People trying to avoid judgment creditors often try to convert assets to cash and plan to hide the cash from discovery. Clients have told me from time to time about very creative strategies to hold and spend cash off the books. One client recently explained that he could convert available cash to a Visa debit card at certain stores around town. There is no limit on the balance he can buy on his Visa card. The store charges a 3% sales commission. The client says that the store does not ask for any form of personal identification including no drivers license and no social security number. Alternatively, many department stores will sell unlimited amounts of credit cards to by used at their own stores with no fee. My client told me that such store cards are sold at establishments such as Walmart and Sams.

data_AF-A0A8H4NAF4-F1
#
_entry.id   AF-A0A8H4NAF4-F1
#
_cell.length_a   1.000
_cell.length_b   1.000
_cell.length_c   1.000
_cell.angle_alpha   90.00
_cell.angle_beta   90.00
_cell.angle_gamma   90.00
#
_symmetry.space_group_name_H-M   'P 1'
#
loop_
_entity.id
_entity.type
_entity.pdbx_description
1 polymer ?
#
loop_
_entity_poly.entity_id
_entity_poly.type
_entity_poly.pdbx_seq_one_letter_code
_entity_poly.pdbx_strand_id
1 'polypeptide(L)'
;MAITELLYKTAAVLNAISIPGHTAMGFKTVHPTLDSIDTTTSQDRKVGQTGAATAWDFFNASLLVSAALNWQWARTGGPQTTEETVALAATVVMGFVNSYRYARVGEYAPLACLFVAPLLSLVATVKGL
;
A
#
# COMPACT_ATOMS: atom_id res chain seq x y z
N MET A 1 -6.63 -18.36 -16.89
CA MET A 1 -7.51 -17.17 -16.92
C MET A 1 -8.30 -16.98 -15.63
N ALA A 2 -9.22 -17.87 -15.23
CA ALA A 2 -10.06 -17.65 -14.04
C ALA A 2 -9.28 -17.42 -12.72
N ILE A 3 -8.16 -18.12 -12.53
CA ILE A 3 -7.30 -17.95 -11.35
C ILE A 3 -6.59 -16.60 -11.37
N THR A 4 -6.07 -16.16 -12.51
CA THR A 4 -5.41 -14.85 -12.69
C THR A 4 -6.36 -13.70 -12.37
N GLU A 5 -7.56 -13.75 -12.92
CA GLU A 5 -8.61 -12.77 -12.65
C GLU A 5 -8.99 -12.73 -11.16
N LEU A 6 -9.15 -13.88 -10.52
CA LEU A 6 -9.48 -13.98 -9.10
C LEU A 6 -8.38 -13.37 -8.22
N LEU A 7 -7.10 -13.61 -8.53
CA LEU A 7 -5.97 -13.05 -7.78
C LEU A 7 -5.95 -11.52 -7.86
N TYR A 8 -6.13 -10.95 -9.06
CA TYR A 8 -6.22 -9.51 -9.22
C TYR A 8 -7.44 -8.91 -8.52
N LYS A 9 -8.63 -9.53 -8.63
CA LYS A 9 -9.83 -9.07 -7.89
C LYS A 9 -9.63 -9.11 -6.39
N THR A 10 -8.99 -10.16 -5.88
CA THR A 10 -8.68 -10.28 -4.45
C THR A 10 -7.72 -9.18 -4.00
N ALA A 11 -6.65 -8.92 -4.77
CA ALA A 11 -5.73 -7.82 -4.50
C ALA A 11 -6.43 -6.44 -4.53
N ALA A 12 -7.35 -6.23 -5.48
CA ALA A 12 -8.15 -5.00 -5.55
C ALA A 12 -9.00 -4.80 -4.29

There is nothing illegal about a judgment debtor using after tax money to buy a card. However, the same debtor will commit a crime if he denies having such a card when a creditor examines him under oath about his assets. Therefore, for this cash hiding strategy to work the debtor probably has to lie about it at some point in the judgment collection process.
A creditor will ask the debtor to reveal any and all assets whether or not specifically identified by the creditor attorney. Although many people will think its impossible for a creditor to discover such cash cards, there are always witnesses to the purchase and use of a cash card and a skilled creditor attorney or his investigators may find evidence of cash purchases. Another issue is that people become tempted to use this same tactic to hide cash income from the IRS. Asset protection is not unlawful, but tax evasion is a serious crime.
From my clients reports I know that people are using cash cards to hide assets. I am wary of any asset protection tool that involves hiding assets because I do not think there are any more secrets in today’s world. There are enough legal asset protection tools in Florida that people can effectively protect their assets without having to hide or lie about what they own.
Last updated on May 22, 2020